It cannot be overstated how much we at Abraham Thinkin’ love Christmas. Truly, any superlative to describe a person’s enthusiasm is applicable to our Christmas Spirit, and it probably still falls short of effectively capturing the level of our Holiday Cheer. As we all know by now, the best way to spread Christmas Cheer is to sing loud for all to hear. Fortunately for you all, we cannot sing Christmas Carols to you through the computer, so instead, we are going to do what we think is the next best thing. Every day between now and Christmas Day, we will post something related to Christmas, including Christmas Traditions, Stories of Christmas Lore; some of Abe’s Christmas Faves, and much much more.
This Christmas season, we have shared many aspects of the holidays that we love most: from the treats to the gifts, the trees and the songs, and even those magical Christmas mysteries. Today, we would like to touch on the one of the most important (and our favorite) aspects of this time of year: the Christmas spirit. So on this, the Twelfth Day of Christmas, we share a story with you that proves that there is nothing that the goodness of this spirit cannot overcome.
It was December of 1914, and the world was at war. It was only last summer when the war had been declared, and millions of Europeans had enthusiastically rushed to the fight – Germans, British, French, Belgians, Hungarians, Italians, and soldiers from almost every other country in Europe had put on a uniform and picked up a rifle. But that enthusiasm had long since evaporated in the fires of war.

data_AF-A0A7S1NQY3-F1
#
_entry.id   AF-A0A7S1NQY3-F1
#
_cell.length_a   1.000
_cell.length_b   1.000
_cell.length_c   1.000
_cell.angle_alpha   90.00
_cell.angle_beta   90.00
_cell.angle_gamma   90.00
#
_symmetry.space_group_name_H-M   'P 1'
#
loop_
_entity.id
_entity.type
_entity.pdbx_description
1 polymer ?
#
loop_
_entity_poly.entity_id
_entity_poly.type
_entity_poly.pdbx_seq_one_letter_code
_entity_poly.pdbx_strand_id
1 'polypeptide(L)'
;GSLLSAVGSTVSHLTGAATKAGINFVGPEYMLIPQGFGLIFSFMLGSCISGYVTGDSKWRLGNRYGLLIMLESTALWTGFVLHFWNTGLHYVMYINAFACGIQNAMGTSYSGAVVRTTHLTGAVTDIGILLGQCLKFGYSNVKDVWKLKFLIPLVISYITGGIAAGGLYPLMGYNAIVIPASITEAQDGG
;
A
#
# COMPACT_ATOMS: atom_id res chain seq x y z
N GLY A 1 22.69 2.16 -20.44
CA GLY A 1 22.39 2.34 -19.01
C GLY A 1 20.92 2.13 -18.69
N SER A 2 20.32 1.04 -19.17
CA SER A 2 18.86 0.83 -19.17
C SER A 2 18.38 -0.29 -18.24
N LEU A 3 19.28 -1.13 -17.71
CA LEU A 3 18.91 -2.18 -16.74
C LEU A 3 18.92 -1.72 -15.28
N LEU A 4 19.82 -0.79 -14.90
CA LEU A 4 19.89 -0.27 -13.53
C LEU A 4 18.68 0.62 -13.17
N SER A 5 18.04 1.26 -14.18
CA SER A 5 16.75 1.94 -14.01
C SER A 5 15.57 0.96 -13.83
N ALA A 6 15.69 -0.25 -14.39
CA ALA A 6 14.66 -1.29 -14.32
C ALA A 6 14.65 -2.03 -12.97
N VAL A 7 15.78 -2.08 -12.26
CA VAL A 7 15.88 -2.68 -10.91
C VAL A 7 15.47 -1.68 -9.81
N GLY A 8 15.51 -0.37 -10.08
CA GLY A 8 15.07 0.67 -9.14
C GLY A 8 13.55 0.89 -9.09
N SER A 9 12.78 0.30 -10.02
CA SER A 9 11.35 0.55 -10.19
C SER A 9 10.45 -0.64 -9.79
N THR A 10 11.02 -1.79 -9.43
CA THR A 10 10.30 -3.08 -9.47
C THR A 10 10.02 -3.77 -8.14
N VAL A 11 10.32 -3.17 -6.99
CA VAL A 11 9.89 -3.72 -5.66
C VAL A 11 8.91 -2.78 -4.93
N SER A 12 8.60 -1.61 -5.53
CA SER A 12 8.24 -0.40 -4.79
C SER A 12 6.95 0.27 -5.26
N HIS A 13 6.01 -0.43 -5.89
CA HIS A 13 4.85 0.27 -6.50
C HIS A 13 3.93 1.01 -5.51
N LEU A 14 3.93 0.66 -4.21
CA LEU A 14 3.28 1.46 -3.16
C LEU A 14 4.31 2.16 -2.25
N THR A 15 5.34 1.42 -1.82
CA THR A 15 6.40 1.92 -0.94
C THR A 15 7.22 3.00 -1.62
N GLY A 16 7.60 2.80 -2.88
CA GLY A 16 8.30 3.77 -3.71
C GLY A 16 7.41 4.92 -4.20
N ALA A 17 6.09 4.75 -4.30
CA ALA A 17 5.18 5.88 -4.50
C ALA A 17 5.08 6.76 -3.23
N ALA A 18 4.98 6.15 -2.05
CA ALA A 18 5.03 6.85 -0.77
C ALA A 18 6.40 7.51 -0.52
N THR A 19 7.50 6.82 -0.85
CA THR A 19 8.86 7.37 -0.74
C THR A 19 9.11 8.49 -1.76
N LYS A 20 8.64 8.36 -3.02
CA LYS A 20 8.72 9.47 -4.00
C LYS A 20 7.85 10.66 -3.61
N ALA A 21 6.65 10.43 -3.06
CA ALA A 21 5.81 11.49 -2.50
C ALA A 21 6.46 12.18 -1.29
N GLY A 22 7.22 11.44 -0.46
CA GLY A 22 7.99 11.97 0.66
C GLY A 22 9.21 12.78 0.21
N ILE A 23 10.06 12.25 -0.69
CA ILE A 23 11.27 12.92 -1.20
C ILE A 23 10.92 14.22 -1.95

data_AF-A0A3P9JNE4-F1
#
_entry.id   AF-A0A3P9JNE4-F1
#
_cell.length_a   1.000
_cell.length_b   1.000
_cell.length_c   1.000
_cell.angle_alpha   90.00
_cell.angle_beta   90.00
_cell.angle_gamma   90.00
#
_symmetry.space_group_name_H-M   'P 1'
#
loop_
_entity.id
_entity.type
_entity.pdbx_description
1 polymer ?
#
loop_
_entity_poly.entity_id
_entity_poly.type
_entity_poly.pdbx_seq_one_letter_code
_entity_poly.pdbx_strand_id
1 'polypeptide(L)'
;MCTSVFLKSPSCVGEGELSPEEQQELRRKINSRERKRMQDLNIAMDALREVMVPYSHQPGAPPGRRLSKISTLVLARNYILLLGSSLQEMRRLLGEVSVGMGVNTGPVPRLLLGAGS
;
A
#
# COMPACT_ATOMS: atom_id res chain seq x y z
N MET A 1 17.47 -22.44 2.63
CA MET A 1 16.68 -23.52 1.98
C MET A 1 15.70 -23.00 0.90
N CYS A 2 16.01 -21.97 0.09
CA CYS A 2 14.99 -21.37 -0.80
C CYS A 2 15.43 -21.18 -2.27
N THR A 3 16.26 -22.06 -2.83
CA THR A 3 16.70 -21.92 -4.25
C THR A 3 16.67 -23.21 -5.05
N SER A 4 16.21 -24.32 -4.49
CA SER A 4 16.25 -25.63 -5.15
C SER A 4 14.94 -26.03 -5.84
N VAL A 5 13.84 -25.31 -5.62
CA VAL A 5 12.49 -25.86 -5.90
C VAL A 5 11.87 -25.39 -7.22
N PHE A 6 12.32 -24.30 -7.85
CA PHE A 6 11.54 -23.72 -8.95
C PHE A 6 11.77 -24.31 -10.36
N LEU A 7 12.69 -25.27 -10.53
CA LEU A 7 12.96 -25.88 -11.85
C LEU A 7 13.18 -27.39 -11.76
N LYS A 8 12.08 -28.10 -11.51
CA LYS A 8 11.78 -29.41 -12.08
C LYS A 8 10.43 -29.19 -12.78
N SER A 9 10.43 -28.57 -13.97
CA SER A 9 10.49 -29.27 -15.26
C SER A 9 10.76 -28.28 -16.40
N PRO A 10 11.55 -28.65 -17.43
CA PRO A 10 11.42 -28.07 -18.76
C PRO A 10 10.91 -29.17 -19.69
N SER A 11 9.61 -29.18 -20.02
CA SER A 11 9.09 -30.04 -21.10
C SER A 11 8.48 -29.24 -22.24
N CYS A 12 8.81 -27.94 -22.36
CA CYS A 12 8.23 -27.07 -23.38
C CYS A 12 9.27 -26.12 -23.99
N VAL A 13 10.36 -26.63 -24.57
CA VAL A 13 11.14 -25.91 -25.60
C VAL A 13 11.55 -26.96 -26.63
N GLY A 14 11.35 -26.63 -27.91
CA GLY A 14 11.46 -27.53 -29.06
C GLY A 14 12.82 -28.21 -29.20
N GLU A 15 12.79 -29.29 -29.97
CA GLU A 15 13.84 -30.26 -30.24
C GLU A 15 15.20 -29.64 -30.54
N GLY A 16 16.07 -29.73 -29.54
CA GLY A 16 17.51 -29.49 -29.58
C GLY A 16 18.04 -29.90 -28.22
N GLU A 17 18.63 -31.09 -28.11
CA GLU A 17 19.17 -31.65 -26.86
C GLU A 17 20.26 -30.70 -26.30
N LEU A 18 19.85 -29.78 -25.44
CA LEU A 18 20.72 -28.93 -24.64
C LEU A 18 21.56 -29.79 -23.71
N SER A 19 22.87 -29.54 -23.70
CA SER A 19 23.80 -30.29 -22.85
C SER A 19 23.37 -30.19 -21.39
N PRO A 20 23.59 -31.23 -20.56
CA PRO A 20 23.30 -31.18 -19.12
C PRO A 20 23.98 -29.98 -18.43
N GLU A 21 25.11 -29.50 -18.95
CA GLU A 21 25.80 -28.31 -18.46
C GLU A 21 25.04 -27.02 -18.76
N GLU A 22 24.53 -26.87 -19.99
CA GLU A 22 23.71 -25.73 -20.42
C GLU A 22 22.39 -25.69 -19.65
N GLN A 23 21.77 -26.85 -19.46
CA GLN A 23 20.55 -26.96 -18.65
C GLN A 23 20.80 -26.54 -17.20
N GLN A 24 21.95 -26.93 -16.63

Armed with repeating rifles, artillery, and machine guns, the enemy cut down soldiers on the other side of the battlefield like never before seen in human history. It was not long before the soldiers were ordered to dig in; miles and miles of trenches were hastily constructed on the Western Front, snaking their way through disputed territories in France and Belgium. Suffering through one of the hardest winters in years, the soldiers endured a cold, muddy December, finding warmth only in the thought of victory and the chance of seeing their families again.
And it was there, among so much death and despair, that a Christmas miracle happened: it started with a carol, a familiar tune with unfamiliar words…but on that day, it sounded like home. The Germans are singing, said the British soldiers. But it isn’t a song of war, or a song of hate, a song to the kaiser or a song of a soon-deadly fate. They sing of Christmas, they sing of a tree…they may call it a tannenbaum, but they sing it just like me.
What started with a song grew into laughter and noise, and soon the British were singing along as well. They laid down their weapons and crawled out of their trenches to meet the Germans in the middle of the No-Man’s Land between the trenches of the two armies. Soon, British and German soldiers were conversing and joking as if they were old friends long separated. They exchanged gifts of cigarettes, chocolate, cigars, letters from home, and even greeting cards imprinted with the pictures of King George V and Kaiser Wilhelm.
Amazingly, these truces were neither official nor were they coordinated. They occured spontaneously all across the Western Front, with as much as two-thirds of the battle line between British and German forces seeing no combat action for several days. Some sectors of the front even reported soccer games occurring on Christmas morning. The news swarmed British newspapers and lifted the spirits of the home isles.
Of course, the truce couldn’t last forever, and the next three years were the bloodiest in human history up to that point. But despite the lingering spirit of war, it was the spirit of Christmas that overcame death and despair that December in 1914.
And with that, we at *Abraham Thinkin’* would like to not only thank you for reading this series, but also to wish you the happiest of holidays and a very, very Merry Christmas.